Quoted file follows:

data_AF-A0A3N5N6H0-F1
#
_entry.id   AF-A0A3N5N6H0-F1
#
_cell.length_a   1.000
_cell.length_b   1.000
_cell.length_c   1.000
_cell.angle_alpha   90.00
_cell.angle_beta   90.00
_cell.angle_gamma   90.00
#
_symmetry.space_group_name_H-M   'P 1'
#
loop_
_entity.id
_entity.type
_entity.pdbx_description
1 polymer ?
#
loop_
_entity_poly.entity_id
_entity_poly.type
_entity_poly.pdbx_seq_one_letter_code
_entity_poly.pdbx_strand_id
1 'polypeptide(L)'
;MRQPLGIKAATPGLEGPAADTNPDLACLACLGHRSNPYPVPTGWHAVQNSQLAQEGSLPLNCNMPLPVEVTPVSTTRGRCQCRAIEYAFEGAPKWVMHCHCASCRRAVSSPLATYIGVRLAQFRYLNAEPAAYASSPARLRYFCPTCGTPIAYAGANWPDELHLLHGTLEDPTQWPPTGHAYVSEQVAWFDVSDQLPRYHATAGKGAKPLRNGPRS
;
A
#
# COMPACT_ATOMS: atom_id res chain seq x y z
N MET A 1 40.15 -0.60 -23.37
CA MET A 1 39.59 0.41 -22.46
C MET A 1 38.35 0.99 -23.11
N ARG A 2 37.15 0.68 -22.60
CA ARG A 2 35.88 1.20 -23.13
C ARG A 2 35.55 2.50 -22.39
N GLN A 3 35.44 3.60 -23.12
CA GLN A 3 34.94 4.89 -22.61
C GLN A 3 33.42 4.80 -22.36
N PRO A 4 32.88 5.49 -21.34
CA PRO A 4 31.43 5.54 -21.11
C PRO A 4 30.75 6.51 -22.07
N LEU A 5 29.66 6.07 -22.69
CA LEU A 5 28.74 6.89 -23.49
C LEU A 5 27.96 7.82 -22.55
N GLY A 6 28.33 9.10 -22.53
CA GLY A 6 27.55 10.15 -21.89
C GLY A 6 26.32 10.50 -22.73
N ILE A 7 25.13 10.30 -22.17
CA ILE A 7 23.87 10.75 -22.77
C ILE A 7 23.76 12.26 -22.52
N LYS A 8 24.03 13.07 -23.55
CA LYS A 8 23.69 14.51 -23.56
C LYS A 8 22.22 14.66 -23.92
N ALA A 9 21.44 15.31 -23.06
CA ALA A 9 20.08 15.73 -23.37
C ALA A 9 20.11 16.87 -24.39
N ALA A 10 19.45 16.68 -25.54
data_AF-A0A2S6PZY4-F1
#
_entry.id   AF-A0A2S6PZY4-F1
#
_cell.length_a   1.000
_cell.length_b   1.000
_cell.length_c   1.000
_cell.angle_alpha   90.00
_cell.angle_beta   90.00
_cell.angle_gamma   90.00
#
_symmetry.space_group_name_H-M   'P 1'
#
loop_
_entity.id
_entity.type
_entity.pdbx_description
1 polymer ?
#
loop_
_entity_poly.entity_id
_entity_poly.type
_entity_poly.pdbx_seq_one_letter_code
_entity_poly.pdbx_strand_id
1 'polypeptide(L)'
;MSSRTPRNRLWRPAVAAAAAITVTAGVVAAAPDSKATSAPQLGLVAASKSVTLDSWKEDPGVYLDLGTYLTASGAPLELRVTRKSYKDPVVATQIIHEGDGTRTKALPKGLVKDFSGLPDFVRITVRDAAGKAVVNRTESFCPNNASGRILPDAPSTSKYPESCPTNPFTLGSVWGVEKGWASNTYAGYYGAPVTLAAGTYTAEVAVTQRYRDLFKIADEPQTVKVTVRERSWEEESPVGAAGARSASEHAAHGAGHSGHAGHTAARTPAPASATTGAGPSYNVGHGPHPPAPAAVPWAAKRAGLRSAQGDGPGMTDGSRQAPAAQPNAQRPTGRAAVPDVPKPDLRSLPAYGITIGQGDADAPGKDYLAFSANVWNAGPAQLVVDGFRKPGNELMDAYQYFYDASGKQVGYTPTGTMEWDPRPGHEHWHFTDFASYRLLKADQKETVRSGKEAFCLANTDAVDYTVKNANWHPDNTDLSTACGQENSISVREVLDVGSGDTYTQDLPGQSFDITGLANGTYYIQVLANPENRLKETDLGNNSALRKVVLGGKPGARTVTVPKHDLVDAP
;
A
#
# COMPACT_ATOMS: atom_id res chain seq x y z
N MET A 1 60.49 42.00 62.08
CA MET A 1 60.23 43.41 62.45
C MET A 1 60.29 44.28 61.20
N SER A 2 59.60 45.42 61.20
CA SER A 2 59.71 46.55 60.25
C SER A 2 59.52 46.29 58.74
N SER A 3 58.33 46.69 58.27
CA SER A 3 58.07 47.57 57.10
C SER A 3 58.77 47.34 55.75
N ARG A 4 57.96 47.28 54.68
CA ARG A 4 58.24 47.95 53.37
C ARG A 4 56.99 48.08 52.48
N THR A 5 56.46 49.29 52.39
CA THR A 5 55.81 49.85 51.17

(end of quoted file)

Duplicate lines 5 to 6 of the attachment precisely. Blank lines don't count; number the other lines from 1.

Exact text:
_cell.length_a   1.000
_cell.length_b   1.000